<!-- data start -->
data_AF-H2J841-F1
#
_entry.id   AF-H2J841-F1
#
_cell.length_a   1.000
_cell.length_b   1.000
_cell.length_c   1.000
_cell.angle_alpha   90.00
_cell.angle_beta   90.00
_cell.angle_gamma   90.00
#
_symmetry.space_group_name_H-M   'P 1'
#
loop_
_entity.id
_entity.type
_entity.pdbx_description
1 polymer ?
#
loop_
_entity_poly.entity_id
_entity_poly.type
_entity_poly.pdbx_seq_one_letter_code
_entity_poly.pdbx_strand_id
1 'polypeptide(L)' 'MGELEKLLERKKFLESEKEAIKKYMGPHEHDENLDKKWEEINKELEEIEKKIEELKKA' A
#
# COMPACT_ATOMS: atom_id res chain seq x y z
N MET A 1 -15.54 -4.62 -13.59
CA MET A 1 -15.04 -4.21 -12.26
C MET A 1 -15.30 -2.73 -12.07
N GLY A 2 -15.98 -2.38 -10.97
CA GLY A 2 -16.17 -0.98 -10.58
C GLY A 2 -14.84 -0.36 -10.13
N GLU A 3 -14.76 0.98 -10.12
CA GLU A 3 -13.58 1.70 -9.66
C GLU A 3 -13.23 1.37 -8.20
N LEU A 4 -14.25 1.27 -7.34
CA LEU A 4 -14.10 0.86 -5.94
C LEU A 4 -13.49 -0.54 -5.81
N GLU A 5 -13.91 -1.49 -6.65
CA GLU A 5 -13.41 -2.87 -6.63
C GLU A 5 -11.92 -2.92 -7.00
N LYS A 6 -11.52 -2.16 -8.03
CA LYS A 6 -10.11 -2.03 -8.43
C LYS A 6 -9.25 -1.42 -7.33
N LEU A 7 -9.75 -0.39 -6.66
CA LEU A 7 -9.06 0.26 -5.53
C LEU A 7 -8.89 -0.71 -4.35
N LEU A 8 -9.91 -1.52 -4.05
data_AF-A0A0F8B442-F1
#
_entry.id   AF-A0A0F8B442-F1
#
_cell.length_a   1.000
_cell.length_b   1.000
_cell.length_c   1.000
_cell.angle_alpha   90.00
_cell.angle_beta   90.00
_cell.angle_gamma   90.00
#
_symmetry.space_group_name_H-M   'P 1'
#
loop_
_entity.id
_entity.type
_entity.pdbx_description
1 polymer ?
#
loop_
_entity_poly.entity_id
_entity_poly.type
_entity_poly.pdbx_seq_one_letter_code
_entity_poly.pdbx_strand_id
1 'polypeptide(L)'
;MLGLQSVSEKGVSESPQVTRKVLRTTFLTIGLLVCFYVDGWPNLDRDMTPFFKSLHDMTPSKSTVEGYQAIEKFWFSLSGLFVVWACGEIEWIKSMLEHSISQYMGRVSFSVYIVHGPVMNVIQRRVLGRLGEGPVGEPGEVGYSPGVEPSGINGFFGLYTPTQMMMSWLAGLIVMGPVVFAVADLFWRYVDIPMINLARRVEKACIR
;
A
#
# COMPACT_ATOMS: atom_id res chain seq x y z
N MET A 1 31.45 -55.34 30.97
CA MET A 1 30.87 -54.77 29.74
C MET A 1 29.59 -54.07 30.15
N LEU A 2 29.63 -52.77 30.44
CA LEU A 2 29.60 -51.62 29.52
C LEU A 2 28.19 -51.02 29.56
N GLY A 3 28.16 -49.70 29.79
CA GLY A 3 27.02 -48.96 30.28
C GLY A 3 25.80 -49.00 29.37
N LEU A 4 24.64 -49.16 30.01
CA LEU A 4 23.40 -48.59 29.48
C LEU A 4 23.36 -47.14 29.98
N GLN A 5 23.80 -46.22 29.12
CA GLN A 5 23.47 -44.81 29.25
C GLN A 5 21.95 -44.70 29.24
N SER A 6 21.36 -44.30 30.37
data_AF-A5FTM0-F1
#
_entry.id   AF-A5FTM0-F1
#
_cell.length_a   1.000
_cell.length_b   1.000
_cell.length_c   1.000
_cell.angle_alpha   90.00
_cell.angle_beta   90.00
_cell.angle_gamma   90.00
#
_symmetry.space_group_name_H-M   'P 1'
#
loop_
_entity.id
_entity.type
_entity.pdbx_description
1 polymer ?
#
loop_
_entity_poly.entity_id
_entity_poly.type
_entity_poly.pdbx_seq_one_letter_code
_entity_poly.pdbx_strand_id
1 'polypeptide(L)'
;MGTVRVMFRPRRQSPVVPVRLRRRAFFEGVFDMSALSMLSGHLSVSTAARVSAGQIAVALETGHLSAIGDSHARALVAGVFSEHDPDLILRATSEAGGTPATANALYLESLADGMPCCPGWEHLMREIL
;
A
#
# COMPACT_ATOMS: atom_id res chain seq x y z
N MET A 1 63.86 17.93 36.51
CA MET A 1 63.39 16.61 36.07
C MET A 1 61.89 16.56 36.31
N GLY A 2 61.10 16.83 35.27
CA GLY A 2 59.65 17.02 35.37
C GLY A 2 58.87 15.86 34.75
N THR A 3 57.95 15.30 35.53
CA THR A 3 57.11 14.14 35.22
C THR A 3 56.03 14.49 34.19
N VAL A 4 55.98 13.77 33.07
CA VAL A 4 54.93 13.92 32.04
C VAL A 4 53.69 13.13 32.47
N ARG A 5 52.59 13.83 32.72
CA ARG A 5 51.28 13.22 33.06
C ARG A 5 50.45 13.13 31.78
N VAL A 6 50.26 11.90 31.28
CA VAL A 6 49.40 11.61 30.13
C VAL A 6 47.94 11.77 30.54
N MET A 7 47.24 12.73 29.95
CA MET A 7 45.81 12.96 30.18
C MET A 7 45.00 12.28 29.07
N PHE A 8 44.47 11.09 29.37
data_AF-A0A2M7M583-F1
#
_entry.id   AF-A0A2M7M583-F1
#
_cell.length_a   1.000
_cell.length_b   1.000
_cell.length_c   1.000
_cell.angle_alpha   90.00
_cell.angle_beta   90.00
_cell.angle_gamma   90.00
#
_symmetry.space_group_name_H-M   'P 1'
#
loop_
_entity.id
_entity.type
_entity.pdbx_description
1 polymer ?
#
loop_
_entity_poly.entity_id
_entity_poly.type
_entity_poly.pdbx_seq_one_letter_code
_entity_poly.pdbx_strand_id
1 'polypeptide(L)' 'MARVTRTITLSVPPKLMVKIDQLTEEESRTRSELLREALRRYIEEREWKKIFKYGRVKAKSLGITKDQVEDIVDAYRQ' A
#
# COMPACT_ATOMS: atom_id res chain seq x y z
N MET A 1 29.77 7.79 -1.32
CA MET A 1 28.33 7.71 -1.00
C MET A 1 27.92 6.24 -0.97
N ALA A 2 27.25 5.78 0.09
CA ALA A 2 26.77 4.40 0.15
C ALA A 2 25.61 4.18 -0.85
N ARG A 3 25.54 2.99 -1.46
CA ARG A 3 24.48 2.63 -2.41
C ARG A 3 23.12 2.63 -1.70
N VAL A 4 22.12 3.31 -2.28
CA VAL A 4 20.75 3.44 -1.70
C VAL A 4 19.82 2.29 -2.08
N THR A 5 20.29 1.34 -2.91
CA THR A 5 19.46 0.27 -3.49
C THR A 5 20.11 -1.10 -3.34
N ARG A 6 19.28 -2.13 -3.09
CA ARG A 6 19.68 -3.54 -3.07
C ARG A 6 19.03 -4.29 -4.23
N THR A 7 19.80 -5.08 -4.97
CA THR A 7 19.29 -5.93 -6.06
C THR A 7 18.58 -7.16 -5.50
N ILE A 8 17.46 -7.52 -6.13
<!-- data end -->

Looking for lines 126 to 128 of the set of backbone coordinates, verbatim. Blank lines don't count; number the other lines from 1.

N MET A 1 63.86 17.93 36.51
CA MET A 1 63.39 16.61 36.07
C MET A 1 61.89 16.56 36.31